Reference #: 01060

The University of South Carolina is offering licensing opportunities for this novel method of utilizing systems to target drug resistant bacteria.

Invention Description:

The present invention uses cationic metallocene derivatives to promote the effects of traditional antibiotics against a broad spectrum of bacterial pathogens including drug resistant bacteria. These materials have excellent effects against Gram-negative and Gram-positive bacteria, including various kinds of multidrug-resistant bacteria including Staphylococcus, Enterobacteriaceae, Haemophilus influenzae, Neisseria gonorrhoeae, Klebsiella pneumoniae, Citrobacter, and Morganella.

Advantages and Benefits:

Current antibiotics, especially beta-lactam based drugs, cannot kill most superbugs, such as Methicillin-resistant Staphylococcus aureus (MRSA). This invention provides a new formulation to address this problem. Successful implementation of cationic metallocene-containing compounds and polymers greatly enhance the effects of traditional antibiotics against abroad spectrum of bacterial pathogens, especially drug-resistant bacteria.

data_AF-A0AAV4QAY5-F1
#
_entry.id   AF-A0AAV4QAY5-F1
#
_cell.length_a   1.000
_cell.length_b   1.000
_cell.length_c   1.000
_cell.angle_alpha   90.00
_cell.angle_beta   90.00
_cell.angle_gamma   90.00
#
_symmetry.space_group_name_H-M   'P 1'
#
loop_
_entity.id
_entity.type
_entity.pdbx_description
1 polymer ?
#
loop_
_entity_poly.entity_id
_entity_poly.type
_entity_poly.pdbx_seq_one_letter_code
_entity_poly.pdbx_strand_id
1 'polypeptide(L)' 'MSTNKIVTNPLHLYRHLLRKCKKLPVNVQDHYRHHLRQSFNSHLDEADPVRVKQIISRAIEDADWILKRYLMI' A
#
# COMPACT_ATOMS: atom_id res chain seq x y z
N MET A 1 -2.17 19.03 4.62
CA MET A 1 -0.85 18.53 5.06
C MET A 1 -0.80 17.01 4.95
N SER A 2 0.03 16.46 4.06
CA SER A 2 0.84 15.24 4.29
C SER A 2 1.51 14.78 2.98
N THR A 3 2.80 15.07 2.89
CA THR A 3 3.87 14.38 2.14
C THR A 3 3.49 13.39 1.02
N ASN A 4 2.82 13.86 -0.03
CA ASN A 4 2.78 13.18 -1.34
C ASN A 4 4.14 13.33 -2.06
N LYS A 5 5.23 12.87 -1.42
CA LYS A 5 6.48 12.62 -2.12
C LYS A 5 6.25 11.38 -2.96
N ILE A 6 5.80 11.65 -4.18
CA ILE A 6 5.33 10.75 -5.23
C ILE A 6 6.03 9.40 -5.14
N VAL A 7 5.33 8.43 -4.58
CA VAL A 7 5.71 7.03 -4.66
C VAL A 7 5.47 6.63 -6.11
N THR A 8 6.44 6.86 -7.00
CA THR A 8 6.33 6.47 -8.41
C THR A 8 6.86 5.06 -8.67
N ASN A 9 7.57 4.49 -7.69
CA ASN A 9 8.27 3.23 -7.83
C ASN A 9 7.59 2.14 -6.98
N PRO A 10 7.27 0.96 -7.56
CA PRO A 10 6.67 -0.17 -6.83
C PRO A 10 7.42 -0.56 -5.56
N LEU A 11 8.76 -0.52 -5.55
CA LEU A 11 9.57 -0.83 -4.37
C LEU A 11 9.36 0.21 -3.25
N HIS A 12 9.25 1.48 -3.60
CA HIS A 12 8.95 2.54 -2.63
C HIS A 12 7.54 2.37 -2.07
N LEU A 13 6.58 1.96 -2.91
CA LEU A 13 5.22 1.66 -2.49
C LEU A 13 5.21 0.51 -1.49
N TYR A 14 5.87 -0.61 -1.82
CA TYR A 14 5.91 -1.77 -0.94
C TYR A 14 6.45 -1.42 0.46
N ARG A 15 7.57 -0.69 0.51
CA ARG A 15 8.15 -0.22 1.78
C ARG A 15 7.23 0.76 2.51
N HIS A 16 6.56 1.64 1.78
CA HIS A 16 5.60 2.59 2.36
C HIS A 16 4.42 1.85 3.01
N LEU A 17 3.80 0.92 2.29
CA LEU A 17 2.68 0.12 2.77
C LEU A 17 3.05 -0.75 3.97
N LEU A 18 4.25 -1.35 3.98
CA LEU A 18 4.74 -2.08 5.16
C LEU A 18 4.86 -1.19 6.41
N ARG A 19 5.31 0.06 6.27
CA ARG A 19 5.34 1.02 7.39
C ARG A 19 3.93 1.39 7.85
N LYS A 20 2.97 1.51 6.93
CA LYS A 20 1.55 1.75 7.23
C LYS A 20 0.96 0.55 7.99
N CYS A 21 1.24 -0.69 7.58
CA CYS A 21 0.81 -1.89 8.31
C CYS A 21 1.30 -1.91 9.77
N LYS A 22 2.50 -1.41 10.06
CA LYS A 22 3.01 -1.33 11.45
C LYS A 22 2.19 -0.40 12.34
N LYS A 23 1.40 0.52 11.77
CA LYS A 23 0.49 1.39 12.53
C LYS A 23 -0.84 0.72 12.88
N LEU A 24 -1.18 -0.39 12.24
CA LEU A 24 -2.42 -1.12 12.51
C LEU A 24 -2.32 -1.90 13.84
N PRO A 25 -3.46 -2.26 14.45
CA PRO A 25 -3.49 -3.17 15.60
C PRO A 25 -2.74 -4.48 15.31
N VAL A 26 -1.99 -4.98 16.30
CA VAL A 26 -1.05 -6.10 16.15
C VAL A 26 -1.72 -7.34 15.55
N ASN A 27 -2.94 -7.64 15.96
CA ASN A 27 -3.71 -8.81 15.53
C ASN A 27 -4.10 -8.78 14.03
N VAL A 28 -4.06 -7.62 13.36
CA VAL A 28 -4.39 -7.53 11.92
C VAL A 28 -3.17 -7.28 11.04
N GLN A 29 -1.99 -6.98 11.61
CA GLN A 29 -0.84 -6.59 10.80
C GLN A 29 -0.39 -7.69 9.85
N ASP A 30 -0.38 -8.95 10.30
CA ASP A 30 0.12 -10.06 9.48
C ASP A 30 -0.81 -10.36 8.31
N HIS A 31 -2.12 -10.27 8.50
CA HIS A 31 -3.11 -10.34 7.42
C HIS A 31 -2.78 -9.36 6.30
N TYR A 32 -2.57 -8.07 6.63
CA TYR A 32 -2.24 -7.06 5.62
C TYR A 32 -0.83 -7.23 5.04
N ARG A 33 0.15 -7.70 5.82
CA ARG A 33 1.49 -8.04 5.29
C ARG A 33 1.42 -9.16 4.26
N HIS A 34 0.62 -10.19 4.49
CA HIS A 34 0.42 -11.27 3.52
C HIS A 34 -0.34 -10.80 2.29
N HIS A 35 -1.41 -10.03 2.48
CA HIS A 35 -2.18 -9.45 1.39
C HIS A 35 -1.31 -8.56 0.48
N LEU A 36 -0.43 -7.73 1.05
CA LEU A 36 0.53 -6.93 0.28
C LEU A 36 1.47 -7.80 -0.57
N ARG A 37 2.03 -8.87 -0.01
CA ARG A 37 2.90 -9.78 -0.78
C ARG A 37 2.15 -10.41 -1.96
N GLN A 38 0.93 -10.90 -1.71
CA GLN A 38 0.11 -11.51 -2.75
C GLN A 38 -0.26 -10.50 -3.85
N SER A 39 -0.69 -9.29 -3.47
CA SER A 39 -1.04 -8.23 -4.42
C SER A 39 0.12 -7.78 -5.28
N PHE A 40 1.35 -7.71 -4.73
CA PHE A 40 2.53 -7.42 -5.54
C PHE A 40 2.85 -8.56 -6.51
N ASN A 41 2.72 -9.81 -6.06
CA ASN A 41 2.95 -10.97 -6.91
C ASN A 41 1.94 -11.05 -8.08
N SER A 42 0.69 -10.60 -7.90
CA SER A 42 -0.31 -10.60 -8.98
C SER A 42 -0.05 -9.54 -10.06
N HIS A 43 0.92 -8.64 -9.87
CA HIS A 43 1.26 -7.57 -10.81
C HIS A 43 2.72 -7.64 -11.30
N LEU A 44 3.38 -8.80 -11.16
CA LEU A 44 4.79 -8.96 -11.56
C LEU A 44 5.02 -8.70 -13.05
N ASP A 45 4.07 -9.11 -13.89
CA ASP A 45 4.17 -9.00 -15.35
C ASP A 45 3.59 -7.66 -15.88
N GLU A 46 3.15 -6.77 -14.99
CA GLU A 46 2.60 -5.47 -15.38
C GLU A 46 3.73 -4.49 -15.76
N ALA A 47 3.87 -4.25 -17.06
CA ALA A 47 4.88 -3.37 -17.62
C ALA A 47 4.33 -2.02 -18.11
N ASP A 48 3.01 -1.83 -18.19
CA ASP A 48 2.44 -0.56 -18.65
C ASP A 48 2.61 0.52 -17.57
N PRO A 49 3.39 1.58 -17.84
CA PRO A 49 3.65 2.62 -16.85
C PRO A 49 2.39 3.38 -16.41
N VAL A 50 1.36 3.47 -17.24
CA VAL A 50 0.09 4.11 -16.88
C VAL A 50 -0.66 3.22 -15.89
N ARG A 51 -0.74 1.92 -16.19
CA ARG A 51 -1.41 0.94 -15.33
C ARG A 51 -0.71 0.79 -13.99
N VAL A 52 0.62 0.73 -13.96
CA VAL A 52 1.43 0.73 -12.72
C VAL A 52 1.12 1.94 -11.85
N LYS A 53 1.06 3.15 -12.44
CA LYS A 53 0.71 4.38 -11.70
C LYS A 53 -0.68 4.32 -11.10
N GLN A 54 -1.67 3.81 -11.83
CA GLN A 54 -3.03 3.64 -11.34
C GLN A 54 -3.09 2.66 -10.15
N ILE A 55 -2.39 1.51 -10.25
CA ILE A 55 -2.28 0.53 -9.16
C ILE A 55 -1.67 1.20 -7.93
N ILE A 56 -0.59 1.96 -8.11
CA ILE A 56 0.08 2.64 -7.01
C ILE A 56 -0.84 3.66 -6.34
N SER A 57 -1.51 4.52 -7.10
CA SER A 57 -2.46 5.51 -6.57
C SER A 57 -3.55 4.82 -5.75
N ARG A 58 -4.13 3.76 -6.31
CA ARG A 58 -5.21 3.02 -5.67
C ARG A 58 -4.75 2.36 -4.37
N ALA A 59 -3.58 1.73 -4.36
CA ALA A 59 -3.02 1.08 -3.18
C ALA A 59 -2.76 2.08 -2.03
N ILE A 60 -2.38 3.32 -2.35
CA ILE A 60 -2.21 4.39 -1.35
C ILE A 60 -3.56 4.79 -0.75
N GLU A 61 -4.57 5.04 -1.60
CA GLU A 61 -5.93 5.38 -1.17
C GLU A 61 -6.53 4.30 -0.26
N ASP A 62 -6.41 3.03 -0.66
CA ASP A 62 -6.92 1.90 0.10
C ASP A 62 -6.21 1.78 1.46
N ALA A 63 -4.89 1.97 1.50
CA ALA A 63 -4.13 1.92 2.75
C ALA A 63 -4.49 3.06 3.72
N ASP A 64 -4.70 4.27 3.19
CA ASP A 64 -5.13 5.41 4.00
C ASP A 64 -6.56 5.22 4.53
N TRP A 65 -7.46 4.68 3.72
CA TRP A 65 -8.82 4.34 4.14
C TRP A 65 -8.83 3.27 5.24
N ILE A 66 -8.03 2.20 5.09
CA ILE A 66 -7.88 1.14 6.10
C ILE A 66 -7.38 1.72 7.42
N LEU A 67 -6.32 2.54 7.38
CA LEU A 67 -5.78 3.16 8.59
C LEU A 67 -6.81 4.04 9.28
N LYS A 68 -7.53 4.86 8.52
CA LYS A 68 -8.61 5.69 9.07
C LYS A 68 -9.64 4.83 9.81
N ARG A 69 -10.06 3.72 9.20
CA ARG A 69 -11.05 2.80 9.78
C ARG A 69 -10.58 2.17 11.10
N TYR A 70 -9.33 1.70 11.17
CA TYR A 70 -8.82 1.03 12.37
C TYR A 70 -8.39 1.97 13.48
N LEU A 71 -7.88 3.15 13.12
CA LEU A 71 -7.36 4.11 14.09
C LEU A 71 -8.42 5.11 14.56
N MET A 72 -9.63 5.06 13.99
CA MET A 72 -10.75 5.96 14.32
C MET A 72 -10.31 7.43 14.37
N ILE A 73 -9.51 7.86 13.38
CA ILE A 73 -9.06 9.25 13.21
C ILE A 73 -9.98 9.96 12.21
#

Traditional antibiotics, such as penicillins, have been utilized for human health care for decades. However, bacteria are now more and more resistant toward these drugs. Some superbugs show extremely high resistance towards most of the current antibiotics. To overcome such a challenge, one of the most convenient methods is to find new inhibitors to activate traditional antibiotics.

In the past few decades, cationic polymers have been utilized into many applications, such as antimicrobial materials and antifouling coatings. Among them, cationic metallocene-containing polymers are promising candidates for novel medicinal materials due to their unique properties from their metal centers and special frameworks. Though a lot of medical applications from cationic metallocene-containing compounds and polymers exist, only a few of them reported the utilization as antimicrobial materials. None of the work involves the activation of conventional antibiotics to inhibit bacterial pathogens.

Patent Information:
For Information, Contact:
Technology Commercialization
University of South Carolina
Chuanbing Tang
Jiuyang Zhang
Yung-Pin Chen
Alan Decho
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